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suburban composting

suburban composting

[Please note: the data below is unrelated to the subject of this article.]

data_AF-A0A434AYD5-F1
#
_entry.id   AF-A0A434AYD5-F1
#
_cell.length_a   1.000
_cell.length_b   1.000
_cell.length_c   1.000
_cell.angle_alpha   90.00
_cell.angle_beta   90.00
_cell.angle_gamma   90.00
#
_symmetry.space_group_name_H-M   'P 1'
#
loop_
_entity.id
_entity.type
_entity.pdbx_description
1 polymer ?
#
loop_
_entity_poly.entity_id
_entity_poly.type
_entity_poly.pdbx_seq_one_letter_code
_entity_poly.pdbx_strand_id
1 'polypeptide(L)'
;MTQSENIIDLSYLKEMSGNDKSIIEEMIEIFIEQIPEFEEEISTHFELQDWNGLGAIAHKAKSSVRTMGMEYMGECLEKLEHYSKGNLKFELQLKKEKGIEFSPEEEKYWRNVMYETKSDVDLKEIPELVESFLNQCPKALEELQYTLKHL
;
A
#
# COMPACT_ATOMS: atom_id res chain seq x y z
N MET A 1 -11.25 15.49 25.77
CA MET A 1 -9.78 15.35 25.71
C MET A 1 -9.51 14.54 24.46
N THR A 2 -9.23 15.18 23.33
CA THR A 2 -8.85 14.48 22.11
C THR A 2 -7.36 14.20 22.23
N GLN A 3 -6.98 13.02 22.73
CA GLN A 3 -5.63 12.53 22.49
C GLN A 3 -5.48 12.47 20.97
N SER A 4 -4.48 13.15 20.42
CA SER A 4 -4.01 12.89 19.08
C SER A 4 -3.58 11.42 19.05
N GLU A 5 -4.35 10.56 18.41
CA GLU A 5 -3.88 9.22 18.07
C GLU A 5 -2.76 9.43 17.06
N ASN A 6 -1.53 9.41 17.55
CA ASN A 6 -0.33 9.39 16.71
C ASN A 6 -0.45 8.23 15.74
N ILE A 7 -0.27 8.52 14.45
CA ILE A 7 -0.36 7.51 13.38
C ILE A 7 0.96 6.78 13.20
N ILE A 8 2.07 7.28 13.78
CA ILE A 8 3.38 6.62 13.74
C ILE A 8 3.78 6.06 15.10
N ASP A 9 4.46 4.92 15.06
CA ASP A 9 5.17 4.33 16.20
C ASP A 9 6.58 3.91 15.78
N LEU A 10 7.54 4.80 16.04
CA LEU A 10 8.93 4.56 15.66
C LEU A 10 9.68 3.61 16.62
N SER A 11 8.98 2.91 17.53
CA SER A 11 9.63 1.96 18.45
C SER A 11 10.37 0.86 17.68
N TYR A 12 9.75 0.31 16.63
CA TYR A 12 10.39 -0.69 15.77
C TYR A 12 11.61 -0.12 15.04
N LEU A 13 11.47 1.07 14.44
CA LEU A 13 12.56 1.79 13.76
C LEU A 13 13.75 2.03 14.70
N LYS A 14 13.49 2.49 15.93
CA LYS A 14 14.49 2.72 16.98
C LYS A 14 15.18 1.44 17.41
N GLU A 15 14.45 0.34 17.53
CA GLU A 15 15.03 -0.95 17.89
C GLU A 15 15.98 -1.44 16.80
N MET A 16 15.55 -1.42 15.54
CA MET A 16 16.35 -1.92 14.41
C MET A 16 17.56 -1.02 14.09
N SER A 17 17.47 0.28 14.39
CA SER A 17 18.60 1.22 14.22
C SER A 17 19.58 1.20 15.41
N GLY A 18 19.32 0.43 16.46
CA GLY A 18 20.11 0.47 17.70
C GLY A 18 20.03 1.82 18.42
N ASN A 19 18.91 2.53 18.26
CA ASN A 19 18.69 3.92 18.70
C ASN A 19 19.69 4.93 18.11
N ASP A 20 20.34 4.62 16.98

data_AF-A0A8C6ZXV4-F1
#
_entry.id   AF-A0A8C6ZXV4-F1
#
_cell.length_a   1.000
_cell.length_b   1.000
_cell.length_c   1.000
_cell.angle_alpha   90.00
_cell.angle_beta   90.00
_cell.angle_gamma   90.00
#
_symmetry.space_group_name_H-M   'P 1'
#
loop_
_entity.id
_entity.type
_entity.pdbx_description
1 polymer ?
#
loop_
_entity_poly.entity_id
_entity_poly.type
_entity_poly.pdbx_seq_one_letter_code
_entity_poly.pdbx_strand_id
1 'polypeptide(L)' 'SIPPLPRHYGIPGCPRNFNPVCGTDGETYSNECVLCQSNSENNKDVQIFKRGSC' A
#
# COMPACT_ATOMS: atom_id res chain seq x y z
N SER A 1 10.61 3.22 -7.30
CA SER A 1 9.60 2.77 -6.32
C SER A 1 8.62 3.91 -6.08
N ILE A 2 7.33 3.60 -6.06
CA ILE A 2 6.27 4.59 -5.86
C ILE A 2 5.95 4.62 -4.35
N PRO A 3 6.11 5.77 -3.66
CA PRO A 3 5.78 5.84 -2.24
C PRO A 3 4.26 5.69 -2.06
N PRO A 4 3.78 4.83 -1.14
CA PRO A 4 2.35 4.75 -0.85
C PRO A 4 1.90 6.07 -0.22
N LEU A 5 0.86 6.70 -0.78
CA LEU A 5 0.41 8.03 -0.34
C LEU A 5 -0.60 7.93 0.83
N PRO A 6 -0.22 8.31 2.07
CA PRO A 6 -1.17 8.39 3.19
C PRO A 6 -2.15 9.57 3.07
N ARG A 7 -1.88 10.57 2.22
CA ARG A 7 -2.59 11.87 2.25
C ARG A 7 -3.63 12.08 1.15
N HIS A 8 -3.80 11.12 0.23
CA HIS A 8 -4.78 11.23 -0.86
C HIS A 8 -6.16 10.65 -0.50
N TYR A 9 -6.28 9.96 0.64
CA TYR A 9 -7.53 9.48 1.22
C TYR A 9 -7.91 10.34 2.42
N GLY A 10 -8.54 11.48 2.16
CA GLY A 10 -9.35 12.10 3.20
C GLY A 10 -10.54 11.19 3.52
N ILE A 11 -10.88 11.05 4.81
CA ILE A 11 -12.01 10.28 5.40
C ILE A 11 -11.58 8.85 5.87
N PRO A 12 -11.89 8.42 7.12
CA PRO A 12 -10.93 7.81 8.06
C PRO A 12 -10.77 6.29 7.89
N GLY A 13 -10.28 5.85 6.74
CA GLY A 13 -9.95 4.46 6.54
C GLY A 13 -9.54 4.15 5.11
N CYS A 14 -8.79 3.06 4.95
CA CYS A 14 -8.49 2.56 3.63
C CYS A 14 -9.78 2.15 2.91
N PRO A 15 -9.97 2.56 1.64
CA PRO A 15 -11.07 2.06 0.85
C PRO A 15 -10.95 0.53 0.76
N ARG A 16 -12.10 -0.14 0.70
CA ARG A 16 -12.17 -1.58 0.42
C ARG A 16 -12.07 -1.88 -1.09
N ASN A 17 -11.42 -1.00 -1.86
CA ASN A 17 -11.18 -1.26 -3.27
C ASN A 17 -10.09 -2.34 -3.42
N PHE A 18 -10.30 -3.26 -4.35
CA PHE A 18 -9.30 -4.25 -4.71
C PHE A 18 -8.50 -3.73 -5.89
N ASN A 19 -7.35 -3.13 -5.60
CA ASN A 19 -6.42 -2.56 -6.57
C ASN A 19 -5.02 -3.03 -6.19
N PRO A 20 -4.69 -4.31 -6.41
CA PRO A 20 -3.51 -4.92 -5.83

We started composting in the spring, and it has been genuinely, surprisingly fun. Millburn ran this composting pilot program -- 50 households could sign up for access to new composting bins at the town yard to be guinea pigs for a possible larger program. We jumped right on it! We had to pay $50, watch a webinar, and pass a quick quiz (“Which of the following items is NOT compostable?”). Then we received an airtight bucket, biodegradable bags, and the lock combo for the town compost bins. Then every week a company picked up the town's compost and transported it to their industrial composting site. We were so excited that it’s kind of embarrassing. For the first week or so, throwing anything in our kitchen compost warranted a minor celebration. I couldn’t believe the amount of food waste we had been accumulating. It felt so good to know we could divert some of our trash from a landfill and convert it into a resource again! One time I went to this residency that had a steel compost drum larger than a casket in the yard. People can get used to anything, and I did get used to dumping my scraps into that thing... but barely. A hellish stew of nightmares simmered within. It was summer, and the smell would just slap you across the face when you opened it up. But that was nothing compared to what it looked like in there. I’ll spare you further description. Anyway, home composting ended up being nothing like that experience! Filling up a 5-gallon bucket is way different than filling up a hundred-gallon barrel. Then someone else does the stinky part. Well, sometimes our bucket smells a little vinegar-y. Like we’re accidentally making cider or something. When we bought our place in Orange, we were really bummed we had to stop composting. But then I searched up Java's Compost, the company with which Millburn had contracted for that pilot program… and Java does residential pickups! For a monthly fee, they'll scoop up scraps every other week and disinfect your bucket. Could it work? We don’t have any outdoor space, so keeping the bucket outside like we did in Millburn wouldn’t be an option. But there was that weird wine fridge in our new home’s kitchen, and we never drink wine... Praise be to the environmental gods! I removed the shelves from the inside and found a bucket that would fit in there. Voila! We have a compost fridge!



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